By Chris Kovski

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Interview By Brian Sheridan

I 'All Things Considered Cynic Tells America To " Lighten Up
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Ian Shoales, self-described as being "more real than Neal Gaoler, or at least as real as Paul Harvey, cuter than Andy Rooney, uglier than Fran Liebowitz and less well-dressed than Tom Wolfe," has been a guide to our popular culture for the past few. years on National Public Radio's "All Things Considered" and has£made appearances on ABC's "Nightline." He comments, in a rapid; tire stream-ofconsciousness style, on topics ranging from bumper stickers to "Herpes and the Time magazine empire" with pure unapologetic sarcasm debunking the latest half-baked fads mat come into our culture. His catch phrase just about sums up the proper attitude for living in the trendy 80's-^'I gotta go." : i As real as Ian Shoales may seem to his many fans, he is only a character created in the lucid mind of writer Merle Kessler of San Francisco's comedy troupe "Duck's Breath Mystery Theater." Their lunatic brand of humor on stage, the radio and television has earned then rave reviews in every major newspaper and news magazine in the country. Still, they remain somewhat unknown despite the popularity of Shoales and other characters they have created, like Dr. Science. The best of "Duck's Breath" is available on Newman Cassettes and on their record album "Born to be Tiled." Ian Shoales, though, was the first character to gain wider recognition, thanks to NPR and "Nightline." Kessler, as Shoales, has written a collection of sneers under the title of "I Gotta Go: The Commentary of Ian Shoales" and has his own book-on-tape version of it.The Merciad recently spoke with Kessler from his home in. San Francisco. | The Merciad: How did Ian Shoales gain his popularity? Kessler: We do a number of different radio sketches for National Public Radio's "All Things Considered" and we send them all sorts of things, and the character Ian Shoales just clicked and people just took to it right away. I've been doing him ever since and it ballooned from there into different areas. The Merciad: How did 'Duck's Breath Mystery Theater"|get its start? I Kessler: We started out in Iowa City, Iowa in 1975 and we figured there wasn't much of a market for comedy in Iowa City. We pretty much exhausted the audience we did have so we decided we had to go
1

somewhere to pursue a career in show business. New York and Los Angeles were sort of too scary for us so we settled on San Francisco. The Merciad: What kind of background in writing did you have? Kessler: I was in Playwrights' Workshop in Iowa and also in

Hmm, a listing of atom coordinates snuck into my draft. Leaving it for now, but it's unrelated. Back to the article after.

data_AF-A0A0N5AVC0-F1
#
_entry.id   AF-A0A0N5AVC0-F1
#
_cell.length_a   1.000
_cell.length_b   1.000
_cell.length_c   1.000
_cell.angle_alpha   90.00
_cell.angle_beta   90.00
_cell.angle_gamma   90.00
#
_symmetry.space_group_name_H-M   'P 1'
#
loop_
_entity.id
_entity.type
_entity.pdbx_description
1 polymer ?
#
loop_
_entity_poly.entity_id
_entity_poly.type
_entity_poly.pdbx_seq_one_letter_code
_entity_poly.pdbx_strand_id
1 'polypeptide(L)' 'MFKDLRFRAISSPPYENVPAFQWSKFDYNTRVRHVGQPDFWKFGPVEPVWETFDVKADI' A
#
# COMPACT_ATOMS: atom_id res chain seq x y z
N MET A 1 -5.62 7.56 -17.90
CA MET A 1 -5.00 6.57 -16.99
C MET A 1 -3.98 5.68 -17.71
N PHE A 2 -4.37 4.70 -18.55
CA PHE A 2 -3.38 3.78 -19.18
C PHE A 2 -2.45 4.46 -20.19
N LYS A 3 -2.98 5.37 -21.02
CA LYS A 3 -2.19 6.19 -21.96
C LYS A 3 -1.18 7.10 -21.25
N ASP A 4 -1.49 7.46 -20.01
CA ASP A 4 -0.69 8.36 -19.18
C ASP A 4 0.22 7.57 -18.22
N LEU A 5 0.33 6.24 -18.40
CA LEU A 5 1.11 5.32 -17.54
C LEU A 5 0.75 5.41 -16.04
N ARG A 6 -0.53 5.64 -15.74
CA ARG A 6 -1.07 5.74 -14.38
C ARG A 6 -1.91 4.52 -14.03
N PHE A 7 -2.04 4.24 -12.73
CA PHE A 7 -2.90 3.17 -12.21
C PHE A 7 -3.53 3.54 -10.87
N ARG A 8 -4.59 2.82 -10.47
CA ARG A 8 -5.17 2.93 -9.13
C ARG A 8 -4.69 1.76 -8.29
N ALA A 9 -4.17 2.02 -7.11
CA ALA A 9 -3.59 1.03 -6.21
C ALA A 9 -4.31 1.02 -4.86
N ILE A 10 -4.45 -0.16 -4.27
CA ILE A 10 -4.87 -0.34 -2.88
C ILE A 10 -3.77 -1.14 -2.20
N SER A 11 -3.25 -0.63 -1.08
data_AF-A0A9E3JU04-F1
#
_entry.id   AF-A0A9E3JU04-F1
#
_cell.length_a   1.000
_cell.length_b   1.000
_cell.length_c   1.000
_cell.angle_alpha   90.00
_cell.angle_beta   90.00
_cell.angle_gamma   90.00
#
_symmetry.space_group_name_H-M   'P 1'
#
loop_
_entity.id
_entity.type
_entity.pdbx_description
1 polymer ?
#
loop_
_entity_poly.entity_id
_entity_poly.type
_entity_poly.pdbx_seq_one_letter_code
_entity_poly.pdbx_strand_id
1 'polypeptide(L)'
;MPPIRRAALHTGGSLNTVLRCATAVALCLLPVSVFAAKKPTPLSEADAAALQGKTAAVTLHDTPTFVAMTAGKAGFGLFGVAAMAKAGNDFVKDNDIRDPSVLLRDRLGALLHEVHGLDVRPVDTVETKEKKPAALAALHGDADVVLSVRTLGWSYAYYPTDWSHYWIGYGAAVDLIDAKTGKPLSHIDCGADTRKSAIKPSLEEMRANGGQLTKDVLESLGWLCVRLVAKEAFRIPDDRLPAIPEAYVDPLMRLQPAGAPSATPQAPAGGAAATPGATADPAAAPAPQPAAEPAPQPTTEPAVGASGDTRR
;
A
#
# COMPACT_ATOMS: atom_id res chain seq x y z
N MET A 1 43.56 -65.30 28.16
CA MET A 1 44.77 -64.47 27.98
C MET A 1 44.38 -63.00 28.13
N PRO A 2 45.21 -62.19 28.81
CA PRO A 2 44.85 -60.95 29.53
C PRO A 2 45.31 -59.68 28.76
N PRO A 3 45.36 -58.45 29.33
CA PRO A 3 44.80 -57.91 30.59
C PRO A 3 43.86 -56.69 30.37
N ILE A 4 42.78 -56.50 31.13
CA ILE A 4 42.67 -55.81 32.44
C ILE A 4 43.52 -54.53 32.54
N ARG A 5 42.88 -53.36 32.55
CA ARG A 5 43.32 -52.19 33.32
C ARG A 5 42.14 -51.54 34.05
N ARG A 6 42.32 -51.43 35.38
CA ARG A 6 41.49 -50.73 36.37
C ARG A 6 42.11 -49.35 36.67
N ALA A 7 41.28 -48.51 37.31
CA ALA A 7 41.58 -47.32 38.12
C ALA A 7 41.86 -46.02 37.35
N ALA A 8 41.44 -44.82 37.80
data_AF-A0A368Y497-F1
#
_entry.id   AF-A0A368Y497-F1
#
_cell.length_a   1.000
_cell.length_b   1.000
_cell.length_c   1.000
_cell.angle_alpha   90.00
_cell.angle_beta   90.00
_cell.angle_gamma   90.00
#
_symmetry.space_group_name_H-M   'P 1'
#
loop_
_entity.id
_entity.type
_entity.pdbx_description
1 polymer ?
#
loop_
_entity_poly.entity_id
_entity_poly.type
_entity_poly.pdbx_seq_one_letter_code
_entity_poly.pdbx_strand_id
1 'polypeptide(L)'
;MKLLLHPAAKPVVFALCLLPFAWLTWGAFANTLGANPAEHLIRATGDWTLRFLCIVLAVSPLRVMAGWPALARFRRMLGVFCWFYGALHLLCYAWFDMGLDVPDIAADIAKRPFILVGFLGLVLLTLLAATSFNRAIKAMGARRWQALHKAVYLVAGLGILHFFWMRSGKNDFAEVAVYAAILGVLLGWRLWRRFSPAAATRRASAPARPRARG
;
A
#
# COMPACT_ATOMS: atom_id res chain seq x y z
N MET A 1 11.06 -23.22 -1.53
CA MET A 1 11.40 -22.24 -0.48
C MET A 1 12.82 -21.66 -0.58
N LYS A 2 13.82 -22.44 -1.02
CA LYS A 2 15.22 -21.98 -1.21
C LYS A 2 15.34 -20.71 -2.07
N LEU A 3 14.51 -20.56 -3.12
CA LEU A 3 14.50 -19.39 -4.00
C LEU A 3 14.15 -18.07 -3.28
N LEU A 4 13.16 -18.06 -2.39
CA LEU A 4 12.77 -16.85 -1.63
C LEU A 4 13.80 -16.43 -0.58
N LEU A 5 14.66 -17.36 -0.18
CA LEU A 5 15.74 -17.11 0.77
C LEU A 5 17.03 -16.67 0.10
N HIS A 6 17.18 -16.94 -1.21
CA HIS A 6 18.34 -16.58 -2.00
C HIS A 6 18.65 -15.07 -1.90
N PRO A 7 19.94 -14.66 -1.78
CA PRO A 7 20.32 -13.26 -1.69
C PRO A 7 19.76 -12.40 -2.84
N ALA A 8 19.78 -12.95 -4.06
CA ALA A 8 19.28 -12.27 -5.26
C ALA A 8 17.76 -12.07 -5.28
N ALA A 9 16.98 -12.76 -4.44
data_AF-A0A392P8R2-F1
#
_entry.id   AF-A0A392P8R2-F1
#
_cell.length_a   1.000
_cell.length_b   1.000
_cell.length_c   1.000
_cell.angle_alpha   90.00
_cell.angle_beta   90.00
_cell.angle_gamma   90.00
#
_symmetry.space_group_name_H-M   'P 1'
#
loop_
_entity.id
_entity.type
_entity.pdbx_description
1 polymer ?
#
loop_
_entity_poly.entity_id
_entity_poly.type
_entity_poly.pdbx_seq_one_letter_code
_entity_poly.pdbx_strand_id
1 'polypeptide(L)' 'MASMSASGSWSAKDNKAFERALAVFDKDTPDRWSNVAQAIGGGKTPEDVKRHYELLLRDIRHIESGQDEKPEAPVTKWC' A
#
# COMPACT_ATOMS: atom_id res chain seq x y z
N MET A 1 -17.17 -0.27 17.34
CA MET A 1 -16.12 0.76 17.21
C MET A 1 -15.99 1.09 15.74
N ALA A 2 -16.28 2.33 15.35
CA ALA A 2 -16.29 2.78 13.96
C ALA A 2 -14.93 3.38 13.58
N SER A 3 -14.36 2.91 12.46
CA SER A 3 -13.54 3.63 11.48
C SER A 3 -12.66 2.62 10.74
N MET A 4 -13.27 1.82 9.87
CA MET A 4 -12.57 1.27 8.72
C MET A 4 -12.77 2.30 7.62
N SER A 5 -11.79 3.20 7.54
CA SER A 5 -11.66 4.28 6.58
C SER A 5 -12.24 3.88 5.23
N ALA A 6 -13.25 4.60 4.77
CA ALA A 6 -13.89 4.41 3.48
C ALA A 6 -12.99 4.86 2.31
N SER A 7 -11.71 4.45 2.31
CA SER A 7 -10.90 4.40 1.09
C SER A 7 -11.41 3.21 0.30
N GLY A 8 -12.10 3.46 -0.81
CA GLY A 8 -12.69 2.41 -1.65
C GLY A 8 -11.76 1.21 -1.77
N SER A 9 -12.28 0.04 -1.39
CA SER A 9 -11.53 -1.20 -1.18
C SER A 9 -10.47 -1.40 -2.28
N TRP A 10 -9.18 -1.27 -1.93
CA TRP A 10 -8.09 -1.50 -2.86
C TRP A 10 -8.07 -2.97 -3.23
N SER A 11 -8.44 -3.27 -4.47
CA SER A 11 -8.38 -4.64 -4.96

and Tammy (Bakker) thing. That happens a lot as a social critic, though, because I do these bits for "All Things Considered" every month. I do a tape with about five commentaries on it, and if something satire-worthy happens in between the sessions I miss it. By the time I go back in this whole "Pearlygate", or whatever they're calling it, will be over and I won't be able to do anything funny about it. RI The Merciad: What other "scorn-worthy nuggets," as Ian says, are there? %* Kessler: The on-going Fawn Hall, Jessica Hahn and the Vanna White "Playboy" things are pretty good, but I've already done a piece similar to that about Madonna, Vanessa Williams... The Merciad: And Betty •Crocker. 5 • *?* -*• •? •Kessler: (laughs).. .yes, and Betty Crocker. I just make so many jokes about famous women being naked (laughs). 5 ' '( ^ The Merciad: Do you write all of the pieces yourself or do the other members of the troupe help? Kessler: Nooo, I forbid them to enter. It's all me and they're fun to Social critic Ian Shoales (Merle Kessler) sneers regularly on NPR's "All write. I did write a little Ian Shoales ThingS Considered" Photo: Karen Meyers musical that we performed last Writers iWorkshop so my The Merciad: That was the first January and we revived it this background was in fiction and the- time I saw Ian. What did Koppel ex- summer. The Merciad: Are you trying to ater. I also always enjoyed acting. pect from you? After all, } One of the reasons I wanted to be in "Nightline" is a pretty serious show. broaden Ian? Kessler: I'd like to expand the a comedy group was it would give Kessler: They knew Ian was just character, because when I do the me an excuse to act. It also ensured an invented character and they that anything I wrote would be per- wanted me.to go on as, Merle character on stage I can't talk as fast formed, which is sort of a nice thing Kessler. They also wanted me to go as I do on the radio because the peoon the air live, to be one of those ple would stop listening after about for a playwright. The Merciad: floating guys they ask questions of, five minutes. And I can't sustain that What was the first big break in San rate of speed for that long. So I but that was a little too intense for Francisco? ;! & started writing Ian Shoales songs; me because I don't think that fast. ? Kessler: Getting on "All Things j some are rap songs, other are show Ian does but I dont (laughter). Considered" still remains the bigThe Merciad: What'has been tunes. gest break we've had, and they're The Merciad: What are some of bothering Ian lately? I still lan's most loyal audience. I get your personal interests that you Kessler: Well, I'm bothered that more lettersfromthat than anything I kind of missed the boat on this Jim don't give to the character of Ian. else.